And sometimes there’s a lot of fear, there’s a lot of whatever. So I just question and I wonder: would working on communication be a better way to surmount these problems rather than something like consent cards? If people really like consent cards cause they, they’re truly not able to verbalize it, I don’t want to remove that from them. Um, I, I just am going to make that observation that people are turning sexual abuse into another industry by selling things like consent cards.
Those who leave or escape from high-demand yoga groups seem to reorganize through two successive demographic splits.
The first split separates out those who must ghost out of the industry altogether to heal themselves and start over. Their drive to escape might be driven by the fact that they were abused too severely by the group to recover. There can be other factors as well, such as whether they have a pathway towards a different social circle and life, or whether they retained interests and skills outside of the group.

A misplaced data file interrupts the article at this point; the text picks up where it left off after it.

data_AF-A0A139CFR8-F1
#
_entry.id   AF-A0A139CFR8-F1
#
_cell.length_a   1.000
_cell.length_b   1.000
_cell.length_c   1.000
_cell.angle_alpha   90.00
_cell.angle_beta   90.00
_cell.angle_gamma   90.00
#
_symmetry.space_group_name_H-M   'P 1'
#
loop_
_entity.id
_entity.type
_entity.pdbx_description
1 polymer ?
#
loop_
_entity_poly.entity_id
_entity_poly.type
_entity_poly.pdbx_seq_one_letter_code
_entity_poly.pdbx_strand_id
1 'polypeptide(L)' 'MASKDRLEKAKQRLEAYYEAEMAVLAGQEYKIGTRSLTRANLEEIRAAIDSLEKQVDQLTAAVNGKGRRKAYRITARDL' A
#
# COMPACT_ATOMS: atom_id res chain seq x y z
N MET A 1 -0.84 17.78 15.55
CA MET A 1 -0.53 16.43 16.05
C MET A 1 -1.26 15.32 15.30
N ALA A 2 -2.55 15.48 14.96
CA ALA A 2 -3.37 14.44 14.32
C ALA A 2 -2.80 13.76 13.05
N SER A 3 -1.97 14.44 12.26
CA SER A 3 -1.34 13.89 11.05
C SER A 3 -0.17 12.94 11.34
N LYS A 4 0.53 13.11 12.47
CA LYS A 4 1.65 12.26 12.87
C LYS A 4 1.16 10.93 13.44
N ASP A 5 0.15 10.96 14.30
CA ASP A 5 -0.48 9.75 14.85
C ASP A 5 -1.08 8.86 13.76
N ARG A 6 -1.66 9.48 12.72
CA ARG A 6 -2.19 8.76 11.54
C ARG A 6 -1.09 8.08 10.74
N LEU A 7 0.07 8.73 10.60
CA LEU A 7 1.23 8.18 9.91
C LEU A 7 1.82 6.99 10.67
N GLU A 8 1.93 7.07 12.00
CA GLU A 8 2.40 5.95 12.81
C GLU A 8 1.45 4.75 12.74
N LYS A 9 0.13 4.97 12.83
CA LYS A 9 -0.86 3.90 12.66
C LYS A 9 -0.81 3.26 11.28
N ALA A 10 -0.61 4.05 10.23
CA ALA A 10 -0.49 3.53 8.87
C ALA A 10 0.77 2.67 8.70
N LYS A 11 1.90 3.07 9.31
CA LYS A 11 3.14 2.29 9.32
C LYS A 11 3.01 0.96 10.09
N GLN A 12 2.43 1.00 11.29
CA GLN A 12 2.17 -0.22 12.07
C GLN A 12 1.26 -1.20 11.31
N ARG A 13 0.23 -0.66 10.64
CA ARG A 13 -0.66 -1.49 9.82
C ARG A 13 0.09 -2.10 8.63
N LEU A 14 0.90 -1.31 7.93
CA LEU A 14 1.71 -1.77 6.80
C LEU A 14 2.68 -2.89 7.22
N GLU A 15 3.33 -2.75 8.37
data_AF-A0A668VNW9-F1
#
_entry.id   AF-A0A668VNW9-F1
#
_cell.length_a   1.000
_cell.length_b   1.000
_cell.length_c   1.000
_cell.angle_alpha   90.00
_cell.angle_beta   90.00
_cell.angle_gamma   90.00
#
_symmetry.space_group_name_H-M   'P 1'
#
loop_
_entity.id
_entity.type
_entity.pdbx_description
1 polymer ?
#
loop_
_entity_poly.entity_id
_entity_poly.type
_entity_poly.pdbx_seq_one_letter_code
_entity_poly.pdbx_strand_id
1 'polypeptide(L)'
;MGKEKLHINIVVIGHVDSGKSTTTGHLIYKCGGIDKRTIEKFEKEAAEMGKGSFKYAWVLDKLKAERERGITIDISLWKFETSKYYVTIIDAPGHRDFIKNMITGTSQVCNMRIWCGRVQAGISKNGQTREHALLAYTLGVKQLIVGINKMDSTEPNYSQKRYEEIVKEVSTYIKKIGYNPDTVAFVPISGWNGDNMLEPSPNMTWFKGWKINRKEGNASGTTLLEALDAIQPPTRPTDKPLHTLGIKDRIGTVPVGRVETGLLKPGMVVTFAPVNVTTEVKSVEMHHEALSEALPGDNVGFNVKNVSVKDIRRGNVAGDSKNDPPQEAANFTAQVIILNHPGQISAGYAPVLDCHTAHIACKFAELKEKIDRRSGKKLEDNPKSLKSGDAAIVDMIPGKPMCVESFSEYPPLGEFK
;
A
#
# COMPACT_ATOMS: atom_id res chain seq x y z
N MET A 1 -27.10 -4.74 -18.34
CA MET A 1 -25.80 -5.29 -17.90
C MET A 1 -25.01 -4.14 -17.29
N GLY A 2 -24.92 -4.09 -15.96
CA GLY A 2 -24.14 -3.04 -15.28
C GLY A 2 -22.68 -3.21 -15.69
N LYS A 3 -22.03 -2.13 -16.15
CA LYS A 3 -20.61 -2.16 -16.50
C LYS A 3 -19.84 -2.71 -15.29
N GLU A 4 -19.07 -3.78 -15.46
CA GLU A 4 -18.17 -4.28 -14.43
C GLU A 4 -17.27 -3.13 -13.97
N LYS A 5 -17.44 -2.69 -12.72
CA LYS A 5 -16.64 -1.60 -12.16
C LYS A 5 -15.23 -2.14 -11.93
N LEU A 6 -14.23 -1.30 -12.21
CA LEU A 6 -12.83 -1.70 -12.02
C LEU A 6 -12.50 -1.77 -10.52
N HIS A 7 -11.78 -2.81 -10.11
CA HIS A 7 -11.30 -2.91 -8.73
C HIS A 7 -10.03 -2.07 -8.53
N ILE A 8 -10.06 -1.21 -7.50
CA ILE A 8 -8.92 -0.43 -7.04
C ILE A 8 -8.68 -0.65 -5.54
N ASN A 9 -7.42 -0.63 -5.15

The second split occurs between those who stay within the industry, often because they need to.
I’ll use the Anusara example here, but you could substitute in many different organizations. I’ll call the splinter groups Category 1 & 2.
Category 1 is made up of those who figured out that John Friend created something toxic from top to bottom. They emerged with the drive to completely reorient themselves in relationship to their practice and self-understanding. It was a lot of hard work, and very lonely, because the rule book had been torn up. They might go through associations with other groups, and successive disillusionments as they detect similar patterns emerging. It takes them a long time to realize that the wisdom of disappointment has made them into leaders. I’ve seen many Category 1 people also start and follow through with training in a licensed therapeutic skill.